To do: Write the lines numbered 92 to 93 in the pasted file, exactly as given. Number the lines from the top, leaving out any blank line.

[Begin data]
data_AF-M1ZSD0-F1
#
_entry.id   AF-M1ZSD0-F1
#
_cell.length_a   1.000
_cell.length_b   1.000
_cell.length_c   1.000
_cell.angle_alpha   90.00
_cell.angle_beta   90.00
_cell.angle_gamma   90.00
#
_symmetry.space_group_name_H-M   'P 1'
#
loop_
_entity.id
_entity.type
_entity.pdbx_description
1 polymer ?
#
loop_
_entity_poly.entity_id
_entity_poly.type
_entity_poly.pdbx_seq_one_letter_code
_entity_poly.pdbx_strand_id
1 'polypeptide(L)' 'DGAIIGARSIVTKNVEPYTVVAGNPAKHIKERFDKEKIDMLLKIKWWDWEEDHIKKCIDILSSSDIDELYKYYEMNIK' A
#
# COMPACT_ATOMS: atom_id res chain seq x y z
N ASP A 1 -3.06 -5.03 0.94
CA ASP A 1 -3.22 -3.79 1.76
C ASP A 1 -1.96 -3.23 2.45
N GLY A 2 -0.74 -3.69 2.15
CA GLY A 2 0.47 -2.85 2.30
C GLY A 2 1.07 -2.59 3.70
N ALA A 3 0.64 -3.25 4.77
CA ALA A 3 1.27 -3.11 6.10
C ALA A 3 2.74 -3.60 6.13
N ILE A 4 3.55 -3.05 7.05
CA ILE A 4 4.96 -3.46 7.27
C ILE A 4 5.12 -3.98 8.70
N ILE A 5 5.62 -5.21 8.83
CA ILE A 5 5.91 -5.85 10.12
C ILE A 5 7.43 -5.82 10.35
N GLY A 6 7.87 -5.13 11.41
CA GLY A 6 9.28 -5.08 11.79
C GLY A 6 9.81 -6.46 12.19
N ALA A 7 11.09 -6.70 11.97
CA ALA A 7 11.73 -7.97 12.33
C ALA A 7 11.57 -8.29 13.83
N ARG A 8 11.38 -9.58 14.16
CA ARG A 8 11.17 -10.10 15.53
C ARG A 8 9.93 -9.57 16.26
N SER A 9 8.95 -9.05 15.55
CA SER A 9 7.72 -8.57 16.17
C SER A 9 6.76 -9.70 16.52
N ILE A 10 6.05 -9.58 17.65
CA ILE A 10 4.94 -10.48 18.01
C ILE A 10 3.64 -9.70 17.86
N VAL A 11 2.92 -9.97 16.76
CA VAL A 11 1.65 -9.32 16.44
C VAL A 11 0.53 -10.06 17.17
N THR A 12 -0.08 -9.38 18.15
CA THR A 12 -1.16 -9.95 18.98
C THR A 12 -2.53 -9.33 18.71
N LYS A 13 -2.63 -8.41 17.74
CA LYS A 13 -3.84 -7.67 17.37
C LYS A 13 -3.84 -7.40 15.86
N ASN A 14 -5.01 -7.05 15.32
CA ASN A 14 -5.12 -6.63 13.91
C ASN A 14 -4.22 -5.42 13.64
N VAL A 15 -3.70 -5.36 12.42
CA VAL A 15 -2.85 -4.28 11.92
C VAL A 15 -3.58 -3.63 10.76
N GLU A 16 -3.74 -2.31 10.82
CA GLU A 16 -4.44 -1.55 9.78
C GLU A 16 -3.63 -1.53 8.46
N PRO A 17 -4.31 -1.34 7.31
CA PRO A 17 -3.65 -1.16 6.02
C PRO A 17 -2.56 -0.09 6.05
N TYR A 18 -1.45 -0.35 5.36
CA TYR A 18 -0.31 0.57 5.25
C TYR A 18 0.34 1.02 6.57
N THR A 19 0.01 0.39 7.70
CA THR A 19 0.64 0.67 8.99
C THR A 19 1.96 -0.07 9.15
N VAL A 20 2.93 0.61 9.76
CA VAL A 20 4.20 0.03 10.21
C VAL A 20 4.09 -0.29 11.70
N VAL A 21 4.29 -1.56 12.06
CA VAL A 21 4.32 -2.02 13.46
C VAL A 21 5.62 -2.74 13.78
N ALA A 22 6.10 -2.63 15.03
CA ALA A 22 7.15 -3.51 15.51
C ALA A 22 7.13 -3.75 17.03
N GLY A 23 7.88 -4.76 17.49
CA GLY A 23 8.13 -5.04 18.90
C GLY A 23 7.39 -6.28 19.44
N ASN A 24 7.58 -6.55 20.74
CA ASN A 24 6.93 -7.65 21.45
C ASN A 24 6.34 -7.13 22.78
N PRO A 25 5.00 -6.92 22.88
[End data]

CA ALA A 22 7.15 -3.51 15.51
C ALA A 22 7.13 -3.75 17.03